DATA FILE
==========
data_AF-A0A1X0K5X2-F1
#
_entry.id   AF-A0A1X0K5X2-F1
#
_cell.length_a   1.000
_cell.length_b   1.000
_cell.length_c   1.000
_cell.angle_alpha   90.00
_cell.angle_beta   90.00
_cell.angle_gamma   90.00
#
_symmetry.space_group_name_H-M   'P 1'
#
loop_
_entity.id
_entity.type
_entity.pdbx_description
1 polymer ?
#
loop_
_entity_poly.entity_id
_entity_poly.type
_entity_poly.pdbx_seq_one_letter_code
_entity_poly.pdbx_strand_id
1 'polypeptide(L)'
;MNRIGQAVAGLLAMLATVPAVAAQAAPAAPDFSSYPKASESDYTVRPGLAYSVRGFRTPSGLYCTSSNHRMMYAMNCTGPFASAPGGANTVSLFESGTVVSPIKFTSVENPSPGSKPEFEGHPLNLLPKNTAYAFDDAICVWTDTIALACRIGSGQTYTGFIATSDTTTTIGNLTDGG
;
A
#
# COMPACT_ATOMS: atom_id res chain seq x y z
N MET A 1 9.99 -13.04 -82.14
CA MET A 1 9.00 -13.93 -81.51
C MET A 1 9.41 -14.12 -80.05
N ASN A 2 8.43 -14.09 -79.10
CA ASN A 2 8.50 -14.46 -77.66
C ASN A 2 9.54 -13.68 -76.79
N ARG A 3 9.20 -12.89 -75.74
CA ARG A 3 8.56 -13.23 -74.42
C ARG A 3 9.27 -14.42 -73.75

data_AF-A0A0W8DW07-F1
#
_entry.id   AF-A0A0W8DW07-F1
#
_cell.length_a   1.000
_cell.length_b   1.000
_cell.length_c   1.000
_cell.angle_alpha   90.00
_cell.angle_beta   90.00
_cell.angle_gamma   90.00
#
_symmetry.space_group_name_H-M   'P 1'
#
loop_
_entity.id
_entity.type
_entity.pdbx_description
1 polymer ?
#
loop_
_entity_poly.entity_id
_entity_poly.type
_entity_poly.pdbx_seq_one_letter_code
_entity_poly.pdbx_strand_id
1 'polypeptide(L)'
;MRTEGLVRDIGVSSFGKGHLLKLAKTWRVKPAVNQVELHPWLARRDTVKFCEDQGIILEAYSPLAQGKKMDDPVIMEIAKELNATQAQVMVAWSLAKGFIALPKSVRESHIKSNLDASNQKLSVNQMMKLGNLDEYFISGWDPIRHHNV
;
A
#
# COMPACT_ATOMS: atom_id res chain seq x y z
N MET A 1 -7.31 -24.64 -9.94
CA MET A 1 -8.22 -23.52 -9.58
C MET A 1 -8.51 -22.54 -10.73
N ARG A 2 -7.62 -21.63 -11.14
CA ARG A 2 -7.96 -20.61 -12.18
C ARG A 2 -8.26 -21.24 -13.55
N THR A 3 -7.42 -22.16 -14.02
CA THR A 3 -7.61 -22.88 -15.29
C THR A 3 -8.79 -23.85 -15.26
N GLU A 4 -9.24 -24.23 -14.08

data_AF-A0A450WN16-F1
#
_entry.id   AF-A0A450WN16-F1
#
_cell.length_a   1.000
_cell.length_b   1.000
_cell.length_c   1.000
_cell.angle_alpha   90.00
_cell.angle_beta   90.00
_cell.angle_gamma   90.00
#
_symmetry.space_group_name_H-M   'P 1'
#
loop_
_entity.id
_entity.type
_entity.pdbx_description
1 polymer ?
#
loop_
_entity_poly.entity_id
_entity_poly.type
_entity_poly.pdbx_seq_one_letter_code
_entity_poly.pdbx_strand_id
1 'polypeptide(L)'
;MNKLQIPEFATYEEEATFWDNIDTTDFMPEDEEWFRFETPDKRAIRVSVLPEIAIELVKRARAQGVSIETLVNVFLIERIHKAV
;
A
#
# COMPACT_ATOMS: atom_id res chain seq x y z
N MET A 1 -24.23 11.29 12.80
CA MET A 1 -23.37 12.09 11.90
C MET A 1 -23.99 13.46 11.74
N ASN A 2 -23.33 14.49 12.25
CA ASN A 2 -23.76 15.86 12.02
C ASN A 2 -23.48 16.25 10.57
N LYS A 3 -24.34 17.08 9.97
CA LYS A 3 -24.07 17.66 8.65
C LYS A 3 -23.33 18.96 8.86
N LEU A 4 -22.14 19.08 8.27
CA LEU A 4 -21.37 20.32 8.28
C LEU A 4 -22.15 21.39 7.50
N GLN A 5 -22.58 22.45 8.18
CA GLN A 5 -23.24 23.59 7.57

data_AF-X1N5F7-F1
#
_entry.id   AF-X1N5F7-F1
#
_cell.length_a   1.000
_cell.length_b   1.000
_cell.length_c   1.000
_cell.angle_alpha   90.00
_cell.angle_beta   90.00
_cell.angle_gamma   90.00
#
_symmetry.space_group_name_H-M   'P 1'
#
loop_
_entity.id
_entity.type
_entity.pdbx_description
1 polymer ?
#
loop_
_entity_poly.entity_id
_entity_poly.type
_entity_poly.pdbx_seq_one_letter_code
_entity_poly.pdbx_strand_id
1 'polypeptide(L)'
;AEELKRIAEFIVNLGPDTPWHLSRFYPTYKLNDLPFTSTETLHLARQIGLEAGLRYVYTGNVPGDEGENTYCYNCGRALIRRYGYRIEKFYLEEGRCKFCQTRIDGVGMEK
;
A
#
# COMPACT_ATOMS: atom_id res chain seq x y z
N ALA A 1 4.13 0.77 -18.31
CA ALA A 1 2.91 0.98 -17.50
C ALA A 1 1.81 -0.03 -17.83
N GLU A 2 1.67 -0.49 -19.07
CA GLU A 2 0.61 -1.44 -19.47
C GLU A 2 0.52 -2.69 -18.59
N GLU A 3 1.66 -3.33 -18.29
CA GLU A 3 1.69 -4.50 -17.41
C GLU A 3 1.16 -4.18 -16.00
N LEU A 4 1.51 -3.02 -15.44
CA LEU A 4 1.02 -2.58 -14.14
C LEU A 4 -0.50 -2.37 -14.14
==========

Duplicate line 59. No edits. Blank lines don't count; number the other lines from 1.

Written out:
loop_